5 veterinary tools for teaching at the university
This week we have the honor of having the opinion of Alicia Caro Vadillo, a professor in the Department of Medicine and Animal Surgery of the Complutense University of Madrid. Alicia has an impressive career, has made numerous publications both nationally and internationally and has worked as a teacher in more than 30 postgraduate training courses. On the other hand, she has worked as a cardiologist of the Veterinary Teaching of the University of Davis (California) and in the echocardiography service of the San Carlos University Clinical Hospital.
How has the veterinary education sector evolved in recent years?
Veterinary education in recent years have evolved towards a more active process by the student body, compared to the previous passive process. The student body is asked to participate actively in the learning so that the theoretical classes are more oriented towards a resolution of doubts than to the master classes of yesteryear. All this makes the teachers have to change their teaching methods to also adjust to current degree plans according to the current philosophy.
Do today’s students have more facilities by having more sophisticated tools for their learning?
Currently, there are more immediate means of learning through the Internet and other virtual media easily accessible, so the answer is yes, students have a greater diversity of tools for learning.
What are the tools that are usually used in universities to help students in their veterinary practice?
Each university has its own resources that they develop within the university itself or adopts from other companies.
In the center where I work we frequently use:
1 # Dogs simulators:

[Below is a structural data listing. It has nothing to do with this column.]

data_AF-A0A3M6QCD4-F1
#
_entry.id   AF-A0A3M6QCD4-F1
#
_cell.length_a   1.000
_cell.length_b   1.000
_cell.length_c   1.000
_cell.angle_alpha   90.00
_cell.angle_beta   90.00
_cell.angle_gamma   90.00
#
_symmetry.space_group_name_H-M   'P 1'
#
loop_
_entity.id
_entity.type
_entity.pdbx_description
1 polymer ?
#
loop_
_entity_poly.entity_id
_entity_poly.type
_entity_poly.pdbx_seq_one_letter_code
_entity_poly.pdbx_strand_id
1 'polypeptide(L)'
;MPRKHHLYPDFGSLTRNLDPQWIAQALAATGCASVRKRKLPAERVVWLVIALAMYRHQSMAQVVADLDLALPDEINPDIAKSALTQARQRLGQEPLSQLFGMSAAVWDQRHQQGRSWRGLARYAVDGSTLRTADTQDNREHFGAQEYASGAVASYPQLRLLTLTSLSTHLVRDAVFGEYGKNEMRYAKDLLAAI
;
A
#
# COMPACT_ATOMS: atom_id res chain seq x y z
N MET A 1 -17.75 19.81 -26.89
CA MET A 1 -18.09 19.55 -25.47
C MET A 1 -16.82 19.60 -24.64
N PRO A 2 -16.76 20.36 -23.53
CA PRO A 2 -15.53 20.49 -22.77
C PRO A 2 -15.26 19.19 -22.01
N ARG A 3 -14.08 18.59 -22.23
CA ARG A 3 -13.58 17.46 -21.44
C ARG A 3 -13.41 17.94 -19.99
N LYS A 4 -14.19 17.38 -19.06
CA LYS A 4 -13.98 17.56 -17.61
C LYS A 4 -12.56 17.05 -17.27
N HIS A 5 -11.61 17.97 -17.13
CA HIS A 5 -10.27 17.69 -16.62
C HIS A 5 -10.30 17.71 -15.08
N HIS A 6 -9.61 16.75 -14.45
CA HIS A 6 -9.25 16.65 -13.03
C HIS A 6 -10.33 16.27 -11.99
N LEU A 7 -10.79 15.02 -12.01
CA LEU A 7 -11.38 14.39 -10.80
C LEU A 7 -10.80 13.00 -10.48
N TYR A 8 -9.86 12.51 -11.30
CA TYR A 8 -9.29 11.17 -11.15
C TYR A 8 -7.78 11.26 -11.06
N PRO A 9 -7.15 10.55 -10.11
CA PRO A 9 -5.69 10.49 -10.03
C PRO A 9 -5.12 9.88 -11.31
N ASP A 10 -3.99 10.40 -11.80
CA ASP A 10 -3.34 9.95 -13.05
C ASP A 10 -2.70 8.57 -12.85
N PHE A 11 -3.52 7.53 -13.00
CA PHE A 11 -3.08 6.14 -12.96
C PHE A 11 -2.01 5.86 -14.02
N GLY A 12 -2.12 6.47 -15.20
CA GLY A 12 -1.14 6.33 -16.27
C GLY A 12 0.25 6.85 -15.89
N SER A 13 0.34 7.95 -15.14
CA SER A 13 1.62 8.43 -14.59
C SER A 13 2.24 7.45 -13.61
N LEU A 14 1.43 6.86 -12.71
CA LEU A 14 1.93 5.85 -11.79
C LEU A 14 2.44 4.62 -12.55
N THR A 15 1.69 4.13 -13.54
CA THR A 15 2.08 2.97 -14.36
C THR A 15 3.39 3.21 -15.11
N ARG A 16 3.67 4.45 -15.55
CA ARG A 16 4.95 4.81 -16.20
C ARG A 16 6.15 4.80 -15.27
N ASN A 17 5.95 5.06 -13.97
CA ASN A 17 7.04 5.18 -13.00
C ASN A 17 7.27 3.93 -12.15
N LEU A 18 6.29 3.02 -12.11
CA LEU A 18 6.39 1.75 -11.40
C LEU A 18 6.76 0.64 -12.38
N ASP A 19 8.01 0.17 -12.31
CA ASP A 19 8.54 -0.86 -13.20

They can be used among other cases, for the study of anomalous heart and lung sounds in initial courses of the degree; for blood extraction, urine extraction and other invasive techniques such as tracheo-bronchial washings, for example.
2 # Clinical cases in virtual classroom:
Clinical cases are arranged in such a way that the student must follow a series of appropriate steps to reach the correct diagnosis and treatment. They have personalized tutoring.
3 # Self-assessment systems using computer software for clinical case resolution
4 # Active participation systems:
This type of systems is usually used to solve problems in class using online response platforms: ombea, kahoot, socrative (in some cases students’ smartphones are used as a response device, through Android or iOS applications)
5 # Global auscultation systems:
The ekuore stethoscope allows the student to listen to what the teacher listens to concomitantly to improve learning.
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What have the advances of telemedicine in the education sector contributed?
Probably immediacy and more information for those clinicians who do not have training in certain areas (diagnostic imaging, electrocardiography, etc….)
However, this type of means cannot, and should not, replace the physical examination of the patient in consultation, all diagnostic tests should help to resolve a clinical picture and the clinical diagnosis should not be based on a single test.
What does a tool like ekuore offer in the day-to-day life of veterinary education?
It is a tremendously useful tool for the student to hear exactly what the teacher is listening to, without excessive distortions in the sound, in the precise place in which the sound is produced and simultaneously for all. On the other hand, it allows immediate recording and the use of recorded sound for other future sessions.
How do you see the future of veterinary medicine in Spain?
Like all professions, I believe that the future is hopeful, that we should always aspire to improve in all the fields that this profession encompasses and that each time, students must face professional practice with better preparation.